October 18, 2021

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Antiplatelet therapy for patients with ACS without revascularization

Antiplatelet therapy for patients with ACS without revascularization

Antiplatelet therapy for patients with ACS without revascularization

 

 

 

Antiplatelet therapy for patients with ACS without revascularization.  For patients with non-revascularized ACS, dual antiplatelet therapy should also be used for at least 12 months. If the risk of bleeding is low or there are no bleeding complications during treatment, it may be considered to extend to 30 months.

 

1. Cyclooxygenase COX-1 inhibitor

 

1) Aspirin irreversibly inhibits the enzyme and interferes with the production of thromboxane A2 by arachidonic acid, thereby inhibiting platelets. Attention should be paid to the risk of gastrointestinal bleeding and extracranial hemorrhage. Aspirin 75-150 mg/day is the safest dose.

 

2) Indobufen can reversibly inhibit the enzyme, and can also inhibit coagulation factors II and X. Compared with aspirin, this drug has less gastrointestinal reaction and low bleeding risk. It can be used as an allergy, intolerance or gastrointestinal tract to aspirin. Alternative therapy for patients with greater response, loading dose 200 mg, maintenance dose 100 mg, 2/day.

 

Recommendation: If there are no contraindications, all patients with acute coronary syndrome should take aspirin with the first dose of 150-300 mg (only for patients who have not taken aspirin before), and long-term use of 75-100 mg/day.

 

 

 

2. P2Y12 receptor inhibitor

 

1) Clopidogrel is a thiophene pyridine derivative. It is a prodrug and has no anti-platelet activity. It needs to undergo cytochrome P450 oxidation in the liver system. Its metabolites and P2Y12 receptors irreversibly bind to glycoprotein (GP) IIb. The activation of the /IIIa complex produces an antiplatelet effect.

 

2) Ticagrelor triazole pyrimidine antiplatelet drugs are non-prodrugs that bind reversibly to the P2Y12 receptor. They have the characteristics of fast onset and low mutation rate, which can cause adenosine-like effects (expanding blood vessels, leading to Difficulty breathing).

 

Recommendation:

All patients with acute coronary syndrome should be combined with a P2Y12 inhibitor as soon as possible on the basis of aspirin. Ticagrelor (180 mg loading dose, 90 mg, 2/day maintenance) can be the first choice, and it is used when the risk of bleeding is high Clopidogrel (300 mg loading dose, 75 mg, 1/day maintenance).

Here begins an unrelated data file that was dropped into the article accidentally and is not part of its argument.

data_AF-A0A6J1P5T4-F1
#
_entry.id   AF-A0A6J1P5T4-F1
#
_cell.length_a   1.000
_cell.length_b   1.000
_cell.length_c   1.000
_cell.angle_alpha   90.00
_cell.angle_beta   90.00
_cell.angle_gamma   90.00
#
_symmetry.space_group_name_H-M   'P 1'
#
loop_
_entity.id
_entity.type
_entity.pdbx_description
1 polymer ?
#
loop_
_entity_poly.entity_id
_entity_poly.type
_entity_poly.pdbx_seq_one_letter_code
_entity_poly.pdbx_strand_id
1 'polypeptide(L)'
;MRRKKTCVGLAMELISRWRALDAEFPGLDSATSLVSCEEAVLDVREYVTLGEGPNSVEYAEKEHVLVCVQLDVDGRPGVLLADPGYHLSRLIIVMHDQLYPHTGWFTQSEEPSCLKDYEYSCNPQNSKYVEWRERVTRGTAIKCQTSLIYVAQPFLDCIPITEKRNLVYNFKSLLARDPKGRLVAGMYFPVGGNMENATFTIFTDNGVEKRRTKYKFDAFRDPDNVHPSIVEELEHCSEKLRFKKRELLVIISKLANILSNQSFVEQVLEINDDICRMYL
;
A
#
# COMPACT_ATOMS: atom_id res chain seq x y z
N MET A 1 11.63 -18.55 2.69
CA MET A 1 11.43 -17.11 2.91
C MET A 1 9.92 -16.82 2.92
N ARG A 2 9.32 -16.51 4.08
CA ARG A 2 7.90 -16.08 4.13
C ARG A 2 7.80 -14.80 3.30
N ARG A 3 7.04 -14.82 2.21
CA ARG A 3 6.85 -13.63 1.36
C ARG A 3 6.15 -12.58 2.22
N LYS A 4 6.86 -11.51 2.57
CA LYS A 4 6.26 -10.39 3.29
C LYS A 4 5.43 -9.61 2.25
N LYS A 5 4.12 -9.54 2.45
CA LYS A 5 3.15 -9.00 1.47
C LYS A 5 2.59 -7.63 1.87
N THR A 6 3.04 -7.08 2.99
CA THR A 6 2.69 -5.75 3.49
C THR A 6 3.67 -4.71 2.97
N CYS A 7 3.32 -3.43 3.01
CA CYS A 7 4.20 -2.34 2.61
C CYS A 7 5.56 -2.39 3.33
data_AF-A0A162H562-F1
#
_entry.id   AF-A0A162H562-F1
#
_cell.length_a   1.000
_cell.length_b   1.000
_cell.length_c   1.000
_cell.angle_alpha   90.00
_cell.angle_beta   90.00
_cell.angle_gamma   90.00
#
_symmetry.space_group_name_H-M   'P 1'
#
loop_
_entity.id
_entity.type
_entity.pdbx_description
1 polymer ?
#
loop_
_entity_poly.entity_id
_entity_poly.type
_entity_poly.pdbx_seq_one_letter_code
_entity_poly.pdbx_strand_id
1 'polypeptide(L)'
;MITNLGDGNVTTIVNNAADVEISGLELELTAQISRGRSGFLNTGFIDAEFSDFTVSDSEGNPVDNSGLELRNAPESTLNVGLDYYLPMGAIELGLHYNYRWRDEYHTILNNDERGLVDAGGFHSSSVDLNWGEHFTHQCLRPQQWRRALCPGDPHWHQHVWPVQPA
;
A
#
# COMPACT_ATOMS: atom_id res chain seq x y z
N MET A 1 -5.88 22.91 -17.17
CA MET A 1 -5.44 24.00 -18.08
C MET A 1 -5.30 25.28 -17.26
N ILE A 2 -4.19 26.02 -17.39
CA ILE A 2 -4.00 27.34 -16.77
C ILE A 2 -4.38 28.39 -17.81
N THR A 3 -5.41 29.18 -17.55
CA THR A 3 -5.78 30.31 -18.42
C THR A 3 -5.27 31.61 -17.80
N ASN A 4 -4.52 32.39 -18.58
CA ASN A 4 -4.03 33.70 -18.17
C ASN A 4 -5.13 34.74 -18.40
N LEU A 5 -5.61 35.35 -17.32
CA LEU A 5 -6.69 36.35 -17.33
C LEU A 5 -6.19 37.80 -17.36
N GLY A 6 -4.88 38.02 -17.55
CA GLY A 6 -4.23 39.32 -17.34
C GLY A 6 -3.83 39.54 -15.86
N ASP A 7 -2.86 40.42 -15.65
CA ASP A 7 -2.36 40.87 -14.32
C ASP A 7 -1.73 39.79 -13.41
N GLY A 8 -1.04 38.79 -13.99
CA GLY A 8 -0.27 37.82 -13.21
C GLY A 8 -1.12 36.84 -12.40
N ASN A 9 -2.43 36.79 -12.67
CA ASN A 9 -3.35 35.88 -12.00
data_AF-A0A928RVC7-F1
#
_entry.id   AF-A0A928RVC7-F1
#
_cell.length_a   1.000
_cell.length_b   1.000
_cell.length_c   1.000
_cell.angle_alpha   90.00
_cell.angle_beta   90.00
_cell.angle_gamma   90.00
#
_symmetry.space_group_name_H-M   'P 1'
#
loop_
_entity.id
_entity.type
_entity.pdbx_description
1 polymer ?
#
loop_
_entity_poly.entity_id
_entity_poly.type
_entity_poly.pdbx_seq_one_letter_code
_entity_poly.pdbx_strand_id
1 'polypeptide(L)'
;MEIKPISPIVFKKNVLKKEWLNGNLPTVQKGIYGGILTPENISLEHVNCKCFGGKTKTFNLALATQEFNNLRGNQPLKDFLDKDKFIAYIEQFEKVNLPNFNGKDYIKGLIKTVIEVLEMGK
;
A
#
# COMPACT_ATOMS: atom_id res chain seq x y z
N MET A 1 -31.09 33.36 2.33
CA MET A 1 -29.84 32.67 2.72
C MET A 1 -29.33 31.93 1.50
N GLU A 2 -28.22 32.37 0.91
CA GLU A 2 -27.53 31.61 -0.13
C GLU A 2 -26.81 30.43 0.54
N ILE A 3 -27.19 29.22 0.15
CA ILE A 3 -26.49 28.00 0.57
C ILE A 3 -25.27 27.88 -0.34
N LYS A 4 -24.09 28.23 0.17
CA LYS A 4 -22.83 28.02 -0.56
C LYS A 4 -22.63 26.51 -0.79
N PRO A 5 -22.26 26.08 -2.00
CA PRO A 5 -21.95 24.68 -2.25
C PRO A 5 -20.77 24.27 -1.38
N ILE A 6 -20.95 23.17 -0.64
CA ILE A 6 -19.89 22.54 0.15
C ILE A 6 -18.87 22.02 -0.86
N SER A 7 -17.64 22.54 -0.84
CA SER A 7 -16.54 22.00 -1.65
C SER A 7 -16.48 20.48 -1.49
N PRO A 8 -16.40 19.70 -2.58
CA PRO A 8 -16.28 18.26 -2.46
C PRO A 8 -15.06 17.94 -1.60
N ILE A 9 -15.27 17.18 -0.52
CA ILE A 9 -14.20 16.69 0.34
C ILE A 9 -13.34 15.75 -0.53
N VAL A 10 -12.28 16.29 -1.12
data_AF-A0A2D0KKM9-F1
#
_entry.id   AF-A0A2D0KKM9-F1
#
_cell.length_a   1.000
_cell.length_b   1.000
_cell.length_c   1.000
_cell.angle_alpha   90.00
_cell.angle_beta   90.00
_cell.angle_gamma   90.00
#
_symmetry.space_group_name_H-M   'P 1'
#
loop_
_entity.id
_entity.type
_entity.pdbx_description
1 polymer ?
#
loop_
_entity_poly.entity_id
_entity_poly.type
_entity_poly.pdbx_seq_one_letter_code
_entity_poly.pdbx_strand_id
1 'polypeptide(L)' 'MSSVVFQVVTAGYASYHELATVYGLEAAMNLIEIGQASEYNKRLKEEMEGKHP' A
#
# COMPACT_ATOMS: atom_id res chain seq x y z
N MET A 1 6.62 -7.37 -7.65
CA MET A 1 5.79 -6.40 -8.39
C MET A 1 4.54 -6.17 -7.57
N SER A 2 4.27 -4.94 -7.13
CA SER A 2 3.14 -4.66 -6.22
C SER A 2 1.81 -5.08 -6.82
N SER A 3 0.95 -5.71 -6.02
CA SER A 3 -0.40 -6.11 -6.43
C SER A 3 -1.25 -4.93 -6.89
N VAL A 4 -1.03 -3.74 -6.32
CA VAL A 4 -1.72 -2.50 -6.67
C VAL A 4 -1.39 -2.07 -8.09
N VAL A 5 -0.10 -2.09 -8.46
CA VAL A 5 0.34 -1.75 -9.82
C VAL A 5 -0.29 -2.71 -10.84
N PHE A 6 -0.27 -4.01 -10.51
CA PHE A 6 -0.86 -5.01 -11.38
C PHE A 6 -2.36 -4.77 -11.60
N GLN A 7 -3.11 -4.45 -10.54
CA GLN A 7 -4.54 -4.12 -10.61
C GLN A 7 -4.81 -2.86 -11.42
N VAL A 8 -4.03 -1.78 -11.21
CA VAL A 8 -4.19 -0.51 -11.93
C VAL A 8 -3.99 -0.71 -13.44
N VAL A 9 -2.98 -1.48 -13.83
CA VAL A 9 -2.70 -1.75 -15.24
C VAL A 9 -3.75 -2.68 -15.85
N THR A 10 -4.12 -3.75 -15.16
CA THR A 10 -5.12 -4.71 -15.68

Key points:

• For patients with non-revascularized ACS, dual antiplatelet therapy should also be used for at least 12 months. If the risk of bleeding is low or there are no bleeding complications during treatment, it may be considered to extend to 30 months.

• 1 to 3 years after myocardial infarction with at least 1 high risk of ischemia (age greater than 65 years old, diabetes mellitus, at least 2 history of myocardial infarction, multivessel disease, high creatinine), aspirin combined with ticagrin may be considered Long-term treatment with Luo 60 mg, 2/day, up to 36 months, monitor for bleeding.

• The risk of bleeding is higher. Consider clopidogrel combined with aspirin for at least 1 to 3 months, followed by long-term aspirin or clopidogrel monotherapy, and monitor bleeding.

• When switching from clopidogrel to ticagrelor, the loading dose of ticagrelor (180 mg) is directly, without considering the dose of clopidogrel and the time of administration.

• When switching from ticagrelor to clopidogrel, a loading dose of clopidogrel 300-600 mg should be given 24 hours after the last dose of ticagrelor;

For patients who change their medication due to bleeding or fear of bleeding, give clopidogrel a maintenance dose of 75 mg/day 24 hours after the last dose of ticagrelor.

• When changing from clopidogrel 75 mg or ticagrelor 90 mg 2/day to ticagrelor 60 mg 2/day 1 year after myocardial infarction, the loading dose of ticagrelor is not required.

 

 

 

3. Glycoprotein (GP) IIb/IIIa receptor antagonist

 

Tirofiban can prevent fibrinogen from binding to platelet GP IIb/IIIa receptors, thereby blocking platelet cross-linking and aggregation.

 

Recommendation: For patients with high-risk NSTE-ACS, especially those with elevated troponin or diabetes, on the basis of oral antiplatelet drugs and heparin or low-molecular-weight heparin treatment, if the ischemic symptoms are still difficult to control, the bleeding risk should be fully assessed. In this case, tirofiban can be considered for no more than 36 hours, using 2.5 ug/kg intravenously, and then 0.15 ug/kg/min intravenously.

 

If the risk of bleeding is high, tirofiban should be used with caution or banned, hemoglobin and platelet counts should be monitored during medication, and bleeding should be closely monitored.

 

 

 

4. Phosphodiesterase inhibitors

 

Cilostazol inhibits phosphodiesterase III activity and adenosine reuptake, increases cADP concentration to play an anti-platelet effect, expands blood vessels, and inhibits pathological proliferation of the vascular intima. It is currently mainly used for the treatment of peripheral arterial occlusive diseases.

 

Recommendation: For patients with a higher risk of ischemia, if ticagrelor is contraindicated, consider aspirin combined with clopidogrel plus cilostazol triple therapy.

 

For patients with aspirin resistance or intolerance, cilostazol combined with clopidogrel or ticagrelor can be used for dual antiplatelet therapy.

 

(source:internet, reference only)


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